There are clear challenges to implementing IM today. The largest is interoperability. AOL operates two separate major IM networks, and Yahoo and Microsoft each have their own major networks. None of these work with each other – yet. Imagine if you couldn’t call a Verizon telephone customer unless you too were a Verizon customer. Or if you couldn’t send an e-mail to an AOL user unless you were an AOL user too. Historically, of course, that’s exactly how it was when telephone networks and e-mail networks were each brand new. In time, this will get worked out.
In the meantime, you’ll probably want to settle on a single network and use it across the company. Since all of the networks are free to use, choosing one isn’t a financial decision. If some of your employees are already using one of the major networks, it probably makes sense to go with that one.
If you’re really adventurous, and if you’ve got folks across the company using different networks, you might try out something like gaim – instant messaging software that works across all of the major networks. But gaim, and other tools like it, is really a development project in the works. The gaim home page talks about tarballs and rpms and cvs and other geek speak. I needed to find and install something called GTK+ to get gaim to work on my computer. If this doesn’t scare you off, it’s a pretty handy way to stay connected with everyone, regardless of their IM network.
Another aspect of instant messaging to keep in mind is that all of the free networks I’ve mentioned are really consumer-class solutions. They aren’t secure and they aren’t necessarily reliable. I wouldn’t recommend using them to send confidential information and I wouldn’t count on them to be there for mission critical applications. A number of companies, including well known software vendors like IBM, are developing commercial-grade IM solutions. These certainly won’t be free, but someday you may find yourself relying on instant messaging enough that they will make sense for your company.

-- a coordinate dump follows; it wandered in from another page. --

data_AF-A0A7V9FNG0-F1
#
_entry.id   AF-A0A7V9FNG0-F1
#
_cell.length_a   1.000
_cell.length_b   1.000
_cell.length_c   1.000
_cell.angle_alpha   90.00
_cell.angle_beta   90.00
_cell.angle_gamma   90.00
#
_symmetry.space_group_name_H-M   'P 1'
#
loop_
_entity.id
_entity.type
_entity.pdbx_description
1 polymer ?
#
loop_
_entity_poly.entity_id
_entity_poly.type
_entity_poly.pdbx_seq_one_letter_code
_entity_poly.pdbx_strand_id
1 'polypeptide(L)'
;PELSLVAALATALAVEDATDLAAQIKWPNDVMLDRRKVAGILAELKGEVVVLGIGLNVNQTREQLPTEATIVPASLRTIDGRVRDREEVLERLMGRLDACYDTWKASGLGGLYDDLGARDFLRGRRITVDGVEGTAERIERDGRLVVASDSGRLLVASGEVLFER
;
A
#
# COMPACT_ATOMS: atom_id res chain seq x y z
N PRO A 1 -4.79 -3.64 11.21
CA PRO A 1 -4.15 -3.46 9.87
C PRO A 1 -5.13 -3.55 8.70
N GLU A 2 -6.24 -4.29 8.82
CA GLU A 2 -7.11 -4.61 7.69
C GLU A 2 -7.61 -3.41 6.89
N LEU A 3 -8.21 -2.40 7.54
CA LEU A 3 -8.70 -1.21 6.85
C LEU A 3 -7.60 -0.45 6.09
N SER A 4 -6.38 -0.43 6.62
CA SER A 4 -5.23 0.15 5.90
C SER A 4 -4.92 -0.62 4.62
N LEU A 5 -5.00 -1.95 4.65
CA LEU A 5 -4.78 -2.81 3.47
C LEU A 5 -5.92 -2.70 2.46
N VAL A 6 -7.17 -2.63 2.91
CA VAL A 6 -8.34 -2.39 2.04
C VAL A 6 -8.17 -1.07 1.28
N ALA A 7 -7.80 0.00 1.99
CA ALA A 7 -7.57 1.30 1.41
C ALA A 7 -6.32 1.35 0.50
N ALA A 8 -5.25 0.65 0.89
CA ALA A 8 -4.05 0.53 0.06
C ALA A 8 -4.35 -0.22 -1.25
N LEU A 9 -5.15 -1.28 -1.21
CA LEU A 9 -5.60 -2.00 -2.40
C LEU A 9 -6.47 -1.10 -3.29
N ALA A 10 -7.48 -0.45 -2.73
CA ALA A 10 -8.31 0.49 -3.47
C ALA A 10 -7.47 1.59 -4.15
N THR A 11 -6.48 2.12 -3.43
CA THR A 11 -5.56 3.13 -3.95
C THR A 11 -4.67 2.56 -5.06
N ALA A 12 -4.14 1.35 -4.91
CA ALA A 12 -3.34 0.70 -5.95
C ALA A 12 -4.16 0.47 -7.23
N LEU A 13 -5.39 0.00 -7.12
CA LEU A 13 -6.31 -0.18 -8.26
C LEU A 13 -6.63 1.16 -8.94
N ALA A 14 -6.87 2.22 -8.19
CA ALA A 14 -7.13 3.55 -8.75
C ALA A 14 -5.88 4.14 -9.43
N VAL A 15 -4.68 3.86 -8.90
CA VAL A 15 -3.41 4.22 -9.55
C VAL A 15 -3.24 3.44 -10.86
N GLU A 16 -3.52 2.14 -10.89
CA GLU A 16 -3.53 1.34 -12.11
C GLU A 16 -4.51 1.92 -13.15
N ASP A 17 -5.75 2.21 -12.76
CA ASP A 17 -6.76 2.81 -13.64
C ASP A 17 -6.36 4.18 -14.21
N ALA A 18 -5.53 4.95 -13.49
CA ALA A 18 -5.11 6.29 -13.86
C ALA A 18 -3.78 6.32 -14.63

From the instant to the eternal
On the personal side, there are two networking-based solutions that I have really come to enjoy over the past few months. They both bring the Word of God to my desktop in the interrupt-driven manner that grabs my attention in the middle of my day and reminds me of where to turn for true wisdom. Although neither one should be considered a substitute for regular quality time spent in focused Bible study, they represent the kind of interruption from which each of us can benefit.
The first is a service of the International Bible Society. It’s called “Daily Manna from the Net”. Every day I get an e-mail message with a Bible passage from both the King James Version and the New International Version translations.
The second service is similar, but provides a reminder throughout the day of God’s truths. Heartlight provides a service which replaces the “wallpaper” on my computer screen with an attractive photo overlaid with a Bible verse or passage. Today’s verse is Psalm 143:1 over top of a picture of a beautiful waterfall.
Although these eternal messages are conceptually as far as you can get from the throw-away conversations I have every day in IM, the peace they promise can be just the firm foundation I need when I’m carrying on four simultaneous “conversations.”
Russ McGuire is Online Director for Business Reform. Prior to joining Business
Reform, Mr. McGuire spent over twenty years in technology industries, performing various roles from writing mission critical software for the nuclear power and defense industries to developing core business strategies in the telecom industry. Mr. McGuire is currently focused on helping businesspeople apply God’s eternal truths to their real-world business challenges through Business Reform’s online services. He can be reached at [email protected].